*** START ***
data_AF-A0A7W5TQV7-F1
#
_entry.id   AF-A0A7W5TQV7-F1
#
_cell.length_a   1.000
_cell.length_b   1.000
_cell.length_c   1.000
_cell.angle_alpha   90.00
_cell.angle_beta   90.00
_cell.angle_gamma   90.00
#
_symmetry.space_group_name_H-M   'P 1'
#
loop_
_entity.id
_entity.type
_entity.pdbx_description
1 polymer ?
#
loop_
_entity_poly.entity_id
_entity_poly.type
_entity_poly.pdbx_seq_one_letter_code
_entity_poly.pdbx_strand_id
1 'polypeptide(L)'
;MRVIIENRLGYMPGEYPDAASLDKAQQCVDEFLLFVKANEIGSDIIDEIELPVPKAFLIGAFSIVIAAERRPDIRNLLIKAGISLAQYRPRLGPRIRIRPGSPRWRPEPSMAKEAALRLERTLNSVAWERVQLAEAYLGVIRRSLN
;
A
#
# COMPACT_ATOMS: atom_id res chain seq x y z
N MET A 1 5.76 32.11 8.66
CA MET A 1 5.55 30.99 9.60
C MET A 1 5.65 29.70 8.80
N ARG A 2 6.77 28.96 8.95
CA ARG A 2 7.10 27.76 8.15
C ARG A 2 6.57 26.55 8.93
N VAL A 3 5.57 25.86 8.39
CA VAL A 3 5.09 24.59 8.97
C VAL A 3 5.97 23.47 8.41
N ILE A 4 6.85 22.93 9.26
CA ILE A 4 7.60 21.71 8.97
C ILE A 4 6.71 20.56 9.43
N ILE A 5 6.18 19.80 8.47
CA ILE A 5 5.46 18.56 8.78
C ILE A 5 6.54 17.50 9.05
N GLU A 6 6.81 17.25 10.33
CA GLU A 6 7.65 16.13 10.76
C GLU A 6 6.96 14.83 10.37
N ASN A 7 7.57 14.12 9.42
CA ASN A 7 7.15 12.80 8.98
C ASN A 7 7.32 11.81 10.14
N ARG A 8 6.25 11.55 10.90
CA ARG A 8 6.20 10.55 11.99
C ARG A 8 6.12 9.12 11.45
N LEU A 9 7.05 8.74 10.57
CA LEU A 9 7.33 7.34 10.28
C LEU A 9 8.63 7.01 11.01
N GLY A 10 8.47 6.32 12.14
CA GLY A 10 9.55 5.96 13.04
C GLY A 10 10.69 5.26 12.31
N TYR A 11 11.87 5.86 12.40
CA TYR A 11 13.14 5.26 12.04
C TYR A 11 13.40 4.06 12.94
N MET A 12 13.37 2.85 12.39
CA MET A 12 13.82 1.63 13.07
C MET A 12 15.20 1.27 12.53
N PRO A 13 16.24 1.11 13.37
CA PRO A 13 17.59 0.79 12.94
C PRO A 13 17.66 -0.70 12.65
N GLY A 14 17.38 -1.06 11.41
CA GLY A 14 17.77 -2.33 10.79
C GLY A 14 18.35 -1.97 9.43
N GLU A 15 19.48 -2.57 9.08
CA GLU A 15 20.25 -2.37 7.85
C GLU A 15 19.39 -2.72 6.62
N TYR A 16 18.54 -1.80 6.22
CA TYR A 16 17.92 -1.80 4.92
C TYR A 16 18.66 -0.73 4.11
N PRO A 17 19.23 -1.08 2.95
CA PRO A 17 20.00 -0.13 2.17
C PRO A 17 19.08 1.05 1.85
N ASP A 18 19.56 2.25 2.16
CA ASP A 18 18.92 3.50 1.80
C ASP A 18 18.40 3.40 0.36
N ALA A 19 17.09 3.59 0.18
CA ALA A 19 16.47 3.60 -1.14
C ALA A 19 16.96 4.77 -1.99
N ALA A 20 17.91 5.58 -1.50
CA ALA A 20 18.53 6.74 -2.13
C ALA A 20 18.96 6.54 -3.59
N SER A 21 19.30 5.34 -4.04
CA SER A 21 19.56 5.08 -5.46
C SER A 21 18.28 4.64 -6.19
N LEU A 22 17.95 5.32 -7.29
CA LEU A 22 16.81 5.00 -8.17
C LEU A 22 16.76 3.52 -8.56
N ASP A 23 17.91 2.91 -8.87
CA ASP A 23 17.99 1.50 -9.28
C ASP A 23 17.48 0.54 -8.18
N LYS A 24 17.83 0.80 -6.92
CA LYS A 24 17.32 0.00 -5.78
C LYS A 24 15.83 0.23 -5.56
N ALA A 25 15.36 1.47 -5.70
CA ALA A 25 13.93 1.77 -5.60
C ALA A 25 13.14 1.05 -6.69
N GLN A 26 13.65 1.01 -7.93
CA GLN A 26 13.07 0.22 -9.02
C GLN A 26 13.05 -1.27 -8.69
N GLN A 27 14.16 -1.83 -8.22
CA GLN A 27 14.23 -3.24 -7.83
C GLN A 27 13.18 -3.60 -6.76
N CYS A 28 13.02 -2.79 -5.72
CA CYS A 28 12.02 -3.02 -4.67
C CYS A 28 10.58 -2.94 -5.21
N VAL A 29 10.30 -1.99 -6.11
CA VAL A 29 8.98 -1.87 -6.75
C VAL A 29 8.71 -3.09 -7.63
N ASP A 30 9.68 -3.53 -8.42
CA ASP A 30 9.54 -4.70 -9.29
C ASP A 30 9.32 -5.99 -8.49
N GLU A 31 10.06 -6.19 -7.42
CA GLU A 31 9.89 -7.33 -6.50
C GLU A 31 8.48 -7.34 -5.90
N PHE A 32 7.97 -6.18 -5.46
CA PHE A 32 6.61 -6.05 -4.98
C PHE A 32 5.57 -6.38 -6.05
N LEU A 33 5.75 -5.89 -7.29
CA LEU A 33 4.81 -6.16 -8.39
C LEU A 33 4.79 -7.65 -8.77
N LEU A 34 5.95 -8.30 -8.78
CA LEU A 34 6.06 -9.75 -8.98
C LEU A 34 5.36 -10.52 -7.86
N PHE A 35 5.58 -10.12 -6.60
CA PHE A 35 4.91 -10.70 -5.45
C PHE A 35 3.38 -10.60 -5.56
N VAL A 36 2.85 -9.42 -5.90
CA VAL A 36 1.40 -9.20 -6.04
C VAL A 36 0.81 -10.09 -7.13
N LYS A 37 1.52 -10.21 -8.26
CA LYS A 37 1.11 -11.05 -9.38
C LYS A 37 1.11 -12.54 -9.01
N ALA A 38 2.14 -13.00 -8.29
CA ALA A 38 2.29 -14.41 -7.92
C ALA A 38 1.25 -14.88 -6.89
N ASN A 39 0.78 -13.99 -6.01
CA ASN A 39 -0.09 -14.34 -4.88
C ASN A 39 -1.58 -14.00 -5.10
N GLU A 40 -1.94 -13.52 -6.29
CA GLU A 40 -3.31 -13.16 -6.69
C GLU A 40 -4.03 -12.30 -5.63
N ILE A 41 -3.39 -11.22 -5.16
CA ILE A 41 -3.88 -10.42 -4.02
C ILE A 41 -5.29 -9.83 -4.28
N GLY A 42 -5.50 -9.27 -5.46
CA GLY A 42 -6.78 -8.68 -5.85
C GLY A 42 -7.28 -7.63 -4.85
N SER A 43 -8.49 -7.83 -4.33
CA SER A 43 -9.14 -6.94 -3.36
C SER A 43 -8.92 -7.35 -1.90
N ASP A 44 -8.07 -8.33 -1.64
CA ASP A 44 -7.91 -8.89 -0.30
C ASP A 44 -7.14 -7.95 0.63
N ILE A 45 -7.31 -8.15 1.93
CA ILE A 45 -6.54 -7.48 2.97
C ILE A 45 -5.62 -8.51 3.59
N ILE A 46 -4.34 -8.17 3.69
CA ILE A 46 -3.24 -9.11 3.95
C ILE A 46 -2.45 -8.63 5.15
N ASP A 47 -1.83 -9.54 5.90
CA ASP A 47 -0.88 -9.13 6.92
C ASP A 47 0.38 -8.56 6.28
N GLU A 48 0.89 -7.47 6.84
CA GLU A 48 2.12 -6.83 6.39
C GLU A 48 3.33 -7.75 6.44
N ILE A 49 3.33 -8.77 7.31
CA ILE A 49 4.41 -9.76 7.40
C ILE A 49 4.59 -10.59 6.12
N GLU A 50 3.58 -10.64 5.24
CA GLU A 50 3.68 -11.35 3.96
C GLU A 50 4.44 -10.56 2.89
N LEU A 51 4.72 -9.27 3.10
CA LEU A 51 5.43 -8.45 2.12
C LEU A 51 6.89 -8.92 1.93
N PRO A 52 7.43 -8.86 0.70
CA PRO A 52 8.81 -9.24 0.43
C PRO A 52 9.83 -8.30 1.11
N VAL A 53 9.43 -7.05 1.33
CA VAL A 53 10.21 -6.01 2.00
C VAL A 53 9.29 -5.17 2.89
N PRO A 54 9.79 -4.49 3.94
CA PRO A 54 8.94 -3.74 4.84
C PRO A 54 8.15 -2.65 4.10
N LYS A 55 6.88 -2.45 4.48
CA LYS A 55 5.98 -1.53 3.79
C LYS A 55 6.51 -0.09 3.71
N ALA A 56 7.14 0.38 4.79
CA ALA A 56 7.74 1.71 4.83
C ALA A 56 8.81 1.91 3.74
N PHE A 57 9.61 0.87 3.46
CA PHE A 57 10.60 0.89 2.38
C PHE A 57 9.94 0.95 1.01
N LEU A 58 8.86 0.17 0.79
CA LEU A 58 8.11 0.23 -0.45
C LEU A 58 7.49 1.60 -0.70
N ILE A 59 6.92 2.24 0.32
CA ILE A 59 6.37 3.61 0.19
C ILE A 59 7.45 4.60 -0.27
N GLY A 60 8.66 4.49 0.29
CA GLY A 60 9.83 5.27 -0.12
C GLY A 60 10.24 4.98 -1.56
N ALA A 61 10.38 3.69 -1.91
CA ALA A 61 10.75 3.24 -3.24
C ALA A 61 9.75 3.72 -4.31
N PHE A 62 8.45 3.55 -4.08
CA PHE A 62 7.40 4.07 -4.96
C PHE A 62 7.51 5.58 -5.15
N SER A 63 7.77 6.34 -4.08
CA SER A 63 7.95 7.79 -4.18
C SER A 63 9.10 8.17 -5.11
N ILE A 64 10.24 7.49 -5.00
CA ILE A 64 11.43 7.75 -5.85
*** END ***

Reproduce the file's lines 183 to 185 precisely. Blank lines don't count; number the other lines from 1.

C LEU A 51 6.89 -8.92 1.93
N PRO A 52 7.43 -8.86 0.70
CA PRO A 52 8.81 -9.24 0.43